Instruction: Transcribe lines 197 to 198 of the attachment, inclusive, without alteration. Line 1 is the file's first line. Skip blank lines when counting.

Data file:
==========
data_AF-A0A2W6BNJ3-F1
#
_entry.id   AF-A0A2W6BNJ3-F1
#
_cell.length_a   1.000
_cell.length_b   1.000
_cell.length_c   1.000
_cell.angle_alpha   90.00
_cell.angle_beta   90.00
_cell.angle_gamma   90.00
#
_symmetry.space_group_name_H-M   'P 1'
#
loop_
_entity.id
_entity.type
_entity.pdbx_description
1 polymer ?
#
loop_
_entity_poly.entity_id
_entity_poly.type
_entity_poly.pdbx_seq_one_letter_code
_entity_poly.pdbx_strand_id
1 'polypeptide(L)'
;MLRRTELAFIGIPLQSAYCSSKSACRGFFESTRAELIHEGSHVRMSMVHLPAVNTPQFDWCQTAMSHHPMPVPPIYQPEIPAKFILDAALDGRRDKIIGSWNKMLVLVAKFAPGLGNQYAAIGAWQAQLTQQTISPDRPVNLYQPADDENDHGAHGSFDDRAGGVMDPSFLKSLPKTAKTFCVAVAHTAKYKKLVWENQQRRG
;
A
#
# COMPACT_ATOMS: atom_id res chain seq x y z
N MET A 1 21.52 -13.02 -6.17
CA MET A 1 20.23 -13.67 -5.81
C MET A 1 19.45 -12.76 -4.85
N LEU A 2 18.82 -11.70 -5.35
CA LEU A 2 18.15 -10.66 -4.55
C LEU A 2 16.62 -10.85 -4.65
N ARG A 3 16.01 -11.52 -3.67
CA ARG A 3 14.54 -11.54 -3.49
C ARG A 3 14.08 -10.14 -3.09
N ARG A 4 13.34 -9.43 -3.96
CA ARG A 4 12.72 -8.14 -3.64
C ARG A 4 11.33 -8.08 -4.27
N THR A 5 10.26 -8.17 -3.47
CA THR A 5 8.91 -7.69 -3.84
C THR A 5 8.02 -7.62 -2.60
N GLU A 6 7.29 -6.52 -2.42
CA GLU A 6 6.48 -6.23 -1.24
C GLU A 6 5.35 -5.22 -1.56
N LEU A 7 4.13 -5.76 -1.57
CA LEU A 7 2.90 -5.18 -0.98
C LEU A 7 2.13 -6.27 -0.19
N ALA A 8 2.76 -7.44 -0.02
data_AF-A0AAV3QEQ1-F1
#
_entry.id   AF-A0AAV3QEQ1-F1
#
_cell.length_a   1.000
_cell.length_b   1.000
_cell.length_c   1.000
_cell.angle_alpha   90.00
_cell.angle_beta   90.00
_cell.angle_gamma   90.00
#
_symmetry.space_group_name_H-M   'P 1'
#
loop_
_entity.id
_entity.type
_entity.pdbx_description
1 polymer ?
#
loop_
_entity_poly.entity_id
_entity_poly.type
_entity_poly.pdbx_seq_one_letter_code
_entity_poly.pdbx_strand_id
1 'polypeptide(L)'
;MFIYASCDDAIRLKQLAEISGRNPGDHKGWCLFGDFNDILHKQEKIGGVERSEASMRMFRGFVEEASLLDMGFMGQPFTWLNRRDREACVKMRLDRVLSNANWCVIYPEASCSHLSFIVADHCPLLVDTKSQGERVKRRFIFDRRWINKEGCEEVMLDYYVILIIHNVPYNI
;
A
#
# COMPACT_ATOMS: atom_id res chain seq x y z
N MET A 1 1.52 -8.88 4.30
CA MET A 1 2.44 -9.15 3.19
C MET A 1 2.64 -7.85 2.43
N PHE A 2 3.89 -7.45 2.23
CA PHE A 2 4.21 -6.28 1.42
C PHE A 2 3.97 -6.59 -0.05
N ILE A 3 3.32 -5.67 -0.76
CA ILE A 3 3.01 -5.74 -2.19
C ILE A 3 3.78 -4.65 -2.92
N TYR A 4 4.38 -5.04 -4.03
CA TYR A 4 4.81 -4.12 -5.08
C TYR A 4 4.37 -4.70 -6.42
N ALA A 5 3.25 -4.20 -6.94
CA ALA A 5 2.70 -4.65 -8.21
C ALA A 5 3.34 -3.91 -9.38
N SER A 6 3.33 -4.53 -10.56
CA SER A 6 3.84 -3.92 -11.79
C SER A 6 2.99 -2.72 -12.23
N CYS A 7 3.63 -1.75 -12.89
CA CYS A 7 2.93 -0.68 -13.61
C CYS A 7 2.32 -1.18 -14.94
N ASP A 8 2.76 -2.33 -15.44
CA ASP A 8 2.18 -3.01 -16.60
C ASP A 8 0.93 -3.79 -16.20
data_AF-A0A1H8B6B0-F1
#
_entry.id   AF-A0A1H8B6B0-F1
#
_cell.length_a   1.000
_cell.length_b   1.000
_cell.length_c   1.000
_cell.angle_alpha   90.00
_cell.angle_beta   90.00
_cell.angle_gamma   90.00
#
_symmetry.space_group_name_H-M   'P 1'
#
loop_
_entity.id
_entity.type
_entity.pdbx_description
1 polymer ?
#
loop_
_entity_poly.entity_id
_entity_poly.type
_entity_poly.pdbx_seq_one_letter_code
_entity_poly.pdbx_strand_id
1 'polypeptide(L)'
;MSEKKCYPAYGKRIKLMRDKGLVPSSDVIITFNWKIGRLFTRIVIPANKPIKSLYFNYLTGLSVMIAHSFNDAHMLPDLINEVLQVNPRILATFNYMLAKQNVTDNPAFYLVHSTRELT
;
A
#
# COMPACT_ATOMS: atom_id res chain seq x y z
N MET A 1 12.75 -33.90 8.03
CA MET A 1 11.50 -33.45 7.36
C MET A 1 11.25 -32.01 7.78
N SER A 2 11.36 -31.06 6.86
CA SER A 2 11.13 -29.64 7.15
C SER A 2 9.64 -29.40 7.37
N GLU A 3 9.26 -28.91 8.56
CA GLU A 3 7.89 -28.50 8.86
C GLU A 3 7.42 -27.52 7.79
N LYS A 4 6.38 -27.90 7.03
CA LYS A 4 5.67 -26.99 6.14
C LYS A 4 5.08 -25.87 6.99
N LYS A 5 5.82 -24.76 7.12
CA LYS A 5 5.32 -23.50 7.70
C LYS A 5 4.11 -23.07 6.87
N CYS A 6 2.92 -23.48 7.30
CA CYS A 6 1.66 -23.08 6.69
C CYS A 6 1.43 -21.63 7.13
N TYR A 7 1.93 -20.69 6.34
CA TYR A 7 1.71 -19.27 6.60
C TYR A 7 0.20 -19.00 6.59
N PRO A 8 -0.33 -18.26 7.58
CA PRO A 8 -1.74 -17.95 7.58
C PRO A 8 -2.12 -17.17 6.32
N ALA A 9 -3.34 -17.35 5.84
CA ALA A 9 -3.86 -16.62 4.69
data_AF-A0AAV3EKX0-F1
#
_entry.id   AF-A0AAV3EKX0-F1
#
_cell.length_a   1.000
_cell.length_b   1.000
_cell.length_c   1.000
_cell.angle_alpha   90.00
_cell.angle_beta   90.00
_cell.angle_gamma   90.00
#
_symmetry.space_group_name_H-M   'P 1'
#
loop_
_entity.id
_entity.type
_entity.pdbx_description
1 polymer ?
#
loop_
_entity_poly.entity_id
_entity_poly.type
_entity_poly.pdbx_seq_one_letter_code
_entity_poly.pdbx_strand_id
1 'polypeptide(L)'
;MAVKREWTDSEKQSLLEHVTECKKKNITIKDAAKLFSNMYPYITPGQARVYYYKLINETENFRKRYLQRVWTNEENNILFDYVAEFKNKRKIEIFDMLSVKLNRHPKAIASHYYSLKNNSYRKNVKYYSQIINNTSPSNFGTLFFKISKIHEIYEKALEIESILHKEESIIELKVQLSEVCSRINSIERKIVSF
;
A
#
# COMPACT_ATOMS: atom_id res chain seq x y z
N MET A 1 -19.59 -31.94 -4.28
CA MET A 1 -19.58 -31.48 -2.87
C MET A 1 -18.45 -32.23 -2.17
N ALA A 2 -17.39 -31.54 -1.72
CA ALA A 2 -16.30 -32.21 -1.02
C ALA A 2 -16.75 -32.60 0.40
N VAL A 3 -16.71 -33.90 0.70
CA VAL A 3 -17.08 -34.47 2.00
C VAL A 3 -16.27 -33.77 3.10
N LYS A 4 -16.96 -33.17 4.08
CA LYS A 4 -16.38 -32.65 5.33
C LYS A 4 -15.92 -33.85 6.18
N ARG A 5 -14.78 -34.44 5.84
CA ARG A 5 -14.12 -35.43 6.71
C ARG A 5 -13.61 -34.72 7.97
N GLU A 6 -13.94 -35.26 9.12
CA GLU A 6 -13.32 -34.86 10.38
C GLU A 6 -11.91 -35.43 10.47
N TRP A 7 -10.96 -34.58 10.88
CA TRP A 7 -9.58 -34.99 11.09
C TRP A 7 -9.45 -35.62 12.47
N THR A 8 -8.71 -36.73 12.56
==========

CA ALA A 2 -16.30 -32.21 -1.02
C ALA A 2 -16.75 -32.60 0.40